27 January 2012

White wonderland

As you may guess, we receive quite a lot of reports in the Demography team regarding swans. So far this month, we've had 26 reports of Mute Swans, 10 of those were reported alive and 9 were ring-read sightings, one  was caught in netting and released.

Of the 16 swans that were reported dead, the stated cause of death was: hit by a car; flew into overhead wires; sick; or oiled. We have also received a remarkable report of one swan that lived for 20 years and we got its whole life history (it was a long report), who it was paired with and what happened to them. This bird managed to raise quite a few cygnets in its time, and even survived being shot in the head twice, but unfortunately it didn't survive the third shooting.

Last year we received a lot of reports regarding the other white bird, the Barn Owl, but this year we have had relatively few. Of the 12 reports received so far this month, seven of them had been found dead (one with its head down a rabbit burrow) and four were hit by vehicles. The last one was reported by a bird of prey centre who report that they are increasingly receiving Barn Owls which have been killed by Buzzards. I'm not sure how common this is or if it is just restricted to the Fife area of Scotland. We'll have to keep an eye on this.

Thanks to Edmund Fellowes for the Mute Swan picture and Neil Calbrade for the Barn Owl.

19 January 2012

It's Loony that we only get one a year!

Birdfacts quote: "In Shetland Red-throated Divers were considered one of the best weather indicators, short cries (or flying inland) indicated fine weather, long, plaintive ones (or flying out to sea) wet weather." Although probably not a statistically significant weather predictor, the Red-throated Diver is an amazing bird.

Occupying shallow ponds and lochs in Scotland during the summer and heading out to sea in winter, this bird is tricky to see, let alone ring, unless you live on Shetland, Orkney or the Western Isles. In 2010 we ringed 91 birds and all apart from three were ringed as chicks from broods of one or two.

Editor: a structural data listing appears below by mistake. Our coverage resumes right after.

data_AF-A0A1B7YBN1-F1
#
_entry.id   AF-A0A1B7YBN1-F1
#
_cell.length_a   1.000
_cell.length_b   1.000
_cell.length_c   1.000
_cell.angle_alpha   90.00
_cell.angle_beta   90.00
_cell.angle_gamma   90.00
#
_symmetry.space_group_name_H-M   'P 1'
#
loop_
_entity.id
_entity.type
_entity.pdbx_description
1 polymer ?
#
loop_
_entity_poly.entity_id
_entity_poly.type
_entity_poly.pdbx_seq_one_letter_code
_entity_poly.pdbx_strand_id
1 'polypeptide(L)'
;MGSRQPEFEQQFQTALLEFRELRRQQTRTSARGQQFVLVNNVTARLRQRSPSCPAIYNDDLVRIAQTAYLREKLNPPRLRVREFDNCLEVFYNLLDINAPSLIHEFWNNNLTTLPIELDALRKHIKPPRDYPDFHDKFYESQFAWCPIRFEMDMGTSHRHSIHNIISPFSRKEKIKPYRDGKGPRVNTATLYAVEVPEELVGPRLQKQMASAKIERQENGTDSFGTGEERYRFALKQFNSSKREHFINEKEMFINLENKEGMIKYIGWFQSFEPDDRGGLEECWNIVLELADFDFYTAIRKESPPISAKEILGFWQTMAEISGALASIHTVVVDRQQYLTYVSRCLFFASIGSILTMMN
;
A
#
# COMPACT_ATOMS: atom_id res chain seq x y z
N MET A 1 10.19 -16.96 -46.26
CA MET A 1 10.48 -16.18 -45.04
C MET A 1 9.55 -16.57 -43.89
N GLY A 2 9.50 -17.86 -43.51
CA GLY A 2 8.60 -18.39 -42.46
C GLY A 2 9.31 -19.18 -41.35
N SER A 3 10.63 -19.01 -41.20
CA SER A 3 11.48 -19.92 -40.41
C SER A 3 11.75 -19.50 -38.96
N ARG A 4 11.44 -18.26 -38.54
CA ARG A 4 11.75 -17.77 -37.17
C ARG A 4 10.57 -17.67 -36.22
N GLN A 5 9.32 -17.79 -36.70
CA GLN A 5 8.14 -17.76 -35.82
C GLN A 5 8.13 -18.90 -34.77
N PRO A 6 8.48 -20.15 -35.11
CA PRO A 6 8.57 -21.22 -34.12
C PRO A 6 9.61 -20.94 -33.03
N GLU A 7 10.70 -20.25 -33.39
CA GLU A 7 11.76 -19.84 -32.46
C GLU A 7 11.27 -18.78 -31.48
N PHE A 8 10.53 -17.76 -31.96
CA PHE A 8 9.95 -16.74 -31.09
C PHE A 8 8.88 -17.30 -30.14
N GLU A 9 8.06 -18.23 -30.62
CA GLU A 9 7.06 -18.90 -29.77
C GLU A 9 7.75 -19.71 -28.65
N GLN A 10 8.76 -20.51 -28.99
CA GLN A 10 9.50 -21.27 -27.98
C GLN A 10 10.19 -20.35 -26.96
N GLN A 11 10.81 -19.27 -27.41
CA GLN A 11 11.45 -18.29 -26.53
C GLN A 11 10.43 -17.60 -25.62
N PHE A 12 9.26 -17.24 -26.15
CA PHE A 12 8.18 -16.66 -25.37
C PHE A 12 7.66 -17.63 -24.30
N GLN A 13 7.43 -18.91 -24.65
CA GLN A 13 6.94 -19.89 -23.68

In 2010 we had one report of a Red-throated Diver, ringed in Sweden (red pin) on 31 July 1996 and found fresh dead on 6 February 2010 in North Wales (1326km). We have just heard that we have now had our annual quota of foreign ringed Red-throated Divers for 2011 in the form of a bird ringed in Finland (blue pin). This bird was ringed on 28 July 2008 and found dead on Stronsay, Orkney on 13 November 2011 (1753km).

View Red-throated Diver in a larger map

Thanks to Jill Pakenham for the photo.

10 January 2012

Tricky Customer

From late 2005, we began to receive reports of dead or dying Greenfinches, cases that were subsequently linked to an emerging infectious disease called Trichomonosis. This disease was already known from pigeons and doves but cases in wild finches were unknown. During the outbreak that followed (notably during 2006 and 2007) significant numbers of Greenfinches and Chaffinches died. In areas where the outbreaks were most pronounced we saw Greenfinch and Chaffinch populations decline by 35% and 21% respectively, representing mortality in excess of half a million birds.

Other species have been infected including Goldfinch, Bullfinch, House Sparrow and Tawny Owl. Only last week we had a report of a ringed Tawny Owl that had to be put to sleep due to necrotic Trichomonosis in the throat.

Unfortunately in 2008 Trichomonosis was discovered in Fennoscandia and was the likely result of migrating Chaffinches carrying the disease from the UK.

During the year there used to be a particular peak in reported cases during the autumn, due to the warm wet weather helping the parasite survive outside its host. More recently this trend is much less distinct. The reason for this is not fully understood.

Thanks to Jill Pakenham for the photo.

03 January 2012

Happy New Year!

With gale force winds and driving rain, the start of 2012 isn't ideal for ringing birds but while this settles down, its time to deal with the last of the 2011 recoveries.

After the Christmas period we have received quite a few reports of wildfowl and garden birds being found dead. Some wildfowl and gulls have been recorded alive by the dedicated ring readers at their local park. It won't take us long to process all the reports up to the end of 2011 and at the same time we will be loading all the data coming in from ringers of all the birds they've ringed and recaptured in that time.

The Demography Team would like to thank all of our ringers for their work over the past year. All the data collected is vital to conservation and 2011 looks likely to be another record breaker. This time a year ago we had received fewer ringing records and in the end we had over a million birds ringed in 2010! So this year it's looking good to reach over a million again! We'll let you know when we have completed the final load.

Thanks to Rob Robinson for the photo.